You may not be familiar with the term “Risk Tolerance,” but we all recognize what it describes in our personal lives as well as our working lives. Risking passing that slow truck when you probably shouldn’t because you cannot be sure you can see far enough ahead; putting on your seatbelt after you’ve driven off to save a little time; crossing the road with your head buried in your Facebook page. It is natural to assume that if you’ve done it many times before without a problem, you can successfully do it many times more. Which, of course, may prove to be true. The trouble is it may also be the case that today is the day you don’t get away with it.
In a workplace where life-threatening hazards are commonplace, risk tolerance is a potentially serious problem of which the diligent safety manager should be aware. And in the case of chemical hazards in the workplace, the problem is even more acute. This blog looks at why that is the case and at how behavioral science can contribute to a health and safety plan to ensure it is addressed and that safety is maintained as the priority.
The Most Dangerous Words in PPE?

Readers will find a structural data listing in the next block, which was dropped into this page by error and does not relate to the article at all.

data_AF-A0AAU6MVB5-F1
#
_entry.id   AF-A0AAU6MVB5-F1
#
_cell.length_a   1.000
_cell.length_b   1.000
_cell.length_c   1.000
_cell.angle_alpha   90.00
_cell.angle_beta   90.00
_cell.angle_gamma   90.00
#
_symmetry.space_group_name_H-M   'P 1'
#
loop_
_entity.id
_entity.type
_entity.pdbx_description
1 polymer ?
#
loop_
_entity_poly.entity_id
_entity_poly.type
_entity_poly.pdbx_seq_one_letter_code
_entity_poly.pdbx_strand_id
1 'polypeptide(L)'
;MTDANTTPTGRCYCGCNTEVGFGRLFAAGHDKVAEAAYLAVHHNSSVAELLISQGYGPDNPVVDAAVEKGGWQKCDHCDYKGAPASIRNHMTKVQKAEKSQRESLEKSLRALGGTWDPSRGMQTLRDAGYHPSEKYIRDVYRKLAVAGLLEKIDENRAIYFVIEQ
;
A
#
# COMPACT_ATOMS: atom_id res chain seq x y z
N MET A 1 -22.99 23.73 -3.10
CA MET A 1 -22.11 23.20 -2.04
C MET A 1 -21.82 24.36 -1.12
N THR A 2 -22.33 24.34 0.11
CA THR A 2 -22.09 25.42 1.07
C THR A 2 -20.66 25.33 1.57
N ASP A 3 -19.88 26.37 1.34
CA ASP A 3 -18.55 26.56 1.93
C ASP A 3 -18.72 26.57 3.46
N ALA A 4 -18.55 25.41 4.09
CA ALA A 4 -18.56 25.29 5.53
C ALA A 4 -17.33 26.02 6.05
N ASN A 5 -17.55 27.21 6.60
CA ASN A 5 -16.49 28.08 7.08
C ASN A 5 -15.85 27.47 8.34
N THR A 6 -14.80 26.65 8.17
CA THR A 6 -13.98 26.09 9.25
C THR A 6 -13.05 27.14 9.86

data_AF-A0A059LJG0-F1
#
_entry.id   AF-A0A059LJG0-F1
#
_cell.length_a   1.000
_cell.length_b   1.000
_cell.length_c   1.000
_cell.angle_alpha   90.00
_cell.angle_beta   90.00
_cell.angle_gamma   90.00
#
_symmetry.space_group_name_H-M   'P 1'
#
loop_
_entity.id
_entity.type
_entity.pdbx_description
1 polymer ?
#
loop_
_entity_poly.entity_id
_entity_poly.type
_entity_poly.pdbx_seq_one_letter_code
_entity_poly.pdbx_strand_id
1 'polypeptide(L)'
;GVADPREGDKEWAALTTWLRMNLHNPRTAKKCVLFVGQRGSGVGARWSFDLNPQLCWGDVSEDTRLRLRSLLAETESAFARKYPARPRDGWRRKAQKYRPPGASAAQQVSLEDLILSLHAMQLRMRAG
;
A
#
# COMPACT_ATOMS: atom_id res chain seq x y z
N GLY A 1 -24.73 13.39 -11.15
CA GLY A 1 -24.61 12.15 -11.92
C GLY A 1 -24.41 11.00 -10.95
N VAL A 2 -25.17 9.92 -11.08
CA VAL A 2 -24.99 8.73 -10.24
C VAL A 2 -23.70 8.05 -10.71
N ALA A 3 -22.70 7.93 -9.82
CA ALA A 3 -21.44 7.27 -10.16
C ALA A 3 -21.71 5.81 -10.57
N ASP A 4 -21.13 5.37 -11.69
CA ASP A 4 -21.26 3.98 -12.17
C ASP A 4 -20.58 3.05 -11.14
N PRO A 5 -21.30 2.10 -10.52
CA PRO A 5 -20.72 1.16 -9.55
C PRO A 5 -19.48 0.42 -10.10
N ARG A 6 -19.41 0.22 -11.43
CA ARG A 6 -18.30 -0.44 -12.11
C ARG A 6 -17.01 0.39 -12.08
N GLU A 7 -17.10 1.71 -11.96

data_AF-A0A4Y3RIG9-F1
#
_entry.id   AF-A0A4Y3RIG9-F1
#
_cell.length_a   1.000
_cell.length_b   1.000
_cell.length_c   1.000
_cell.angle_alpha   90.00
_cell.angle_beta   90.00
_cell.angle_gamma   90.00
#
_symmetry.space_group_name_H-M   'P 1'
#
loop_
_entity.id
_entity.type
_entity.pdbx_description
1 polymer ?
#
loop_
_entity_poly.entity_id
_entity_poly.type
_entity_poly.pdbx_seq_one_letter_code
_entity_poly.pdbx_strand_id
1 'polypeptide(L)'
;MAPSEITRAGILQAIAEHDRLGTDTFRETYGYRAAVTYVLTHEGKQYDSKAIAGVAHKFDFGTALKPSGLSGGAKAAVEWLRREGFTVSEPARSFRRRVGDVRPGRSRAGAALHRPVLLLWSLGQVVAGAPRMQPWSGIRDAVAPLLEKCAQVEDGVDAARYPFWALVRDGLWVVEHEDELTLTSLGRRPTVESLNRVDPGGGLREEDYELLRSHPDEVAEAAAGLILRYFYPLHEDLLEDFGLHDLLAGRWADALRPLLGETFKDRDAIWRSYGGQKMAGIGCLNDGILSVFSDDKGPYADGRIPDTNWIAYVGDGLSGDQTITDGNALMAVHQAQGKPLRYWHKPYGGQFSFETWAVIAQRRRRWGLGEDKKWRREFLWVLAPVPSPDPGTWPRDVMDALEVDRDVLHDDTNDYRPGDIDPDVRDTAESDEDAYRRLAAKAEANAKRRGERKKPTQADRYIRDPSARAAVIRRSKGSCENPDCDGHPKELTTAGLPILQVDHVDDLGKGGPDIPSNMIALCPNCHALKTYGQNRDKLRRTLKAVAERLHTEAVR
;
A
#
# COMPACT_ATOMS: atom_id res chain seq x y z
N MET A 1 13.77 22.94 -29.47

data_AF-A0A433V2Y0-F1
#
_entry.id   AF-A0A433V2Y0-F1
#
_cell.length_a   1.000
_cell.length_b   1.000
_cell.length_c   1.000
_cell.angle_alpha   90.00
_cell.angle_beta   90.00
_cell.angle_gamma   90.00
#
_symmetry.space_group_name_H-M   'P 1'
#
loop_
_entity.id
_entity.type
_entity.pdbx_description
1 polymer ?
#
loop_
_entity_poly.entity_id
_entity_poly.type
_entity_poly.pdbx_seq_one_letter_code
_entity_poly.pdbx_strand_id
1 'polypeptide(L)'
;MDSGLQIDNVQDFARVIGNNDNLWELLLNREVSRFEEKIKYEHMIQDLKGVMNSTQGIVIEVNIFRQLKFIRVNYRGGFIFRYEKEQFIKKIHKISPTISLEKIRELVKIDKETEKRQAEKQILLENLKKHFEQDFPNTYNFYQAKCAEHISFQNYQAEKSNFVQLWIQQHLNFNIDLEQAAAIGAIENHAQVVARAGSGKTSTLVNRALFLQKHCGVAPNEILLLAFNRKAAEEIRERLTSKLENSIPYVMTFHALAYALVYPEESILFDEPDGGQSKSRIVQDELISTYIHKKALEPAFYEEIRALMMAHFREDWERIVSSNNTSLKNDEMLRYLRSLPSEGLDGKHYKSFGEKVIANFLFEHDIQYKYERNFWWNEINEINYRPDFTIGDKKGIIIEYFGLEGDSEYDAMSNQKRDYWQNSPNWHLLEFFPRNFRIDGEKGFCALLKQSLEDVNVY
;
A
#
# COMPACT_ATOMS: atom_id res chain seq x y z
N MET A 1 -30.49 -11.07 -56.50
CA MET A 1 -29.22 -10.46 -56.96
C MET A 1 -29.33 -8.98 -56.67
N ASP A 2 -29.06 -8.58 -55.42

We are all susceptible to it; the tendency to grow familiar with risk, to pay it less and less attention over time, and to take diminishing care in mitigating it. And most of the time, we’ll get away with it and it’ll be OK. Until, of course, the day we don’t and it isn’t.
“It’ll be OK” must be a serious contender for prize of “most dangerous phrase in the safety industry.” Workers take what they consider to be minor risks every day. Removing safety goggles momentarily to wipe away sweat. Or perhaps leaving the coverall zip unfastened to allow a little cooling air inside. It happens every day, and any problems as a consequence are mercifully rare.
However, “rare” is not “never,” and it is a peculiarity of the way that probability works that:
- If there is a risk of an event, no matter how small is that risk, then all things being equal, that event will happen at some point.
- There is absolutely no difference in the probability that (again, all things being equal), the event will happen today, next year, or in ten years time. So if the probability is one in a million, the probability that it will happen the first or the millionth time is precisely the same.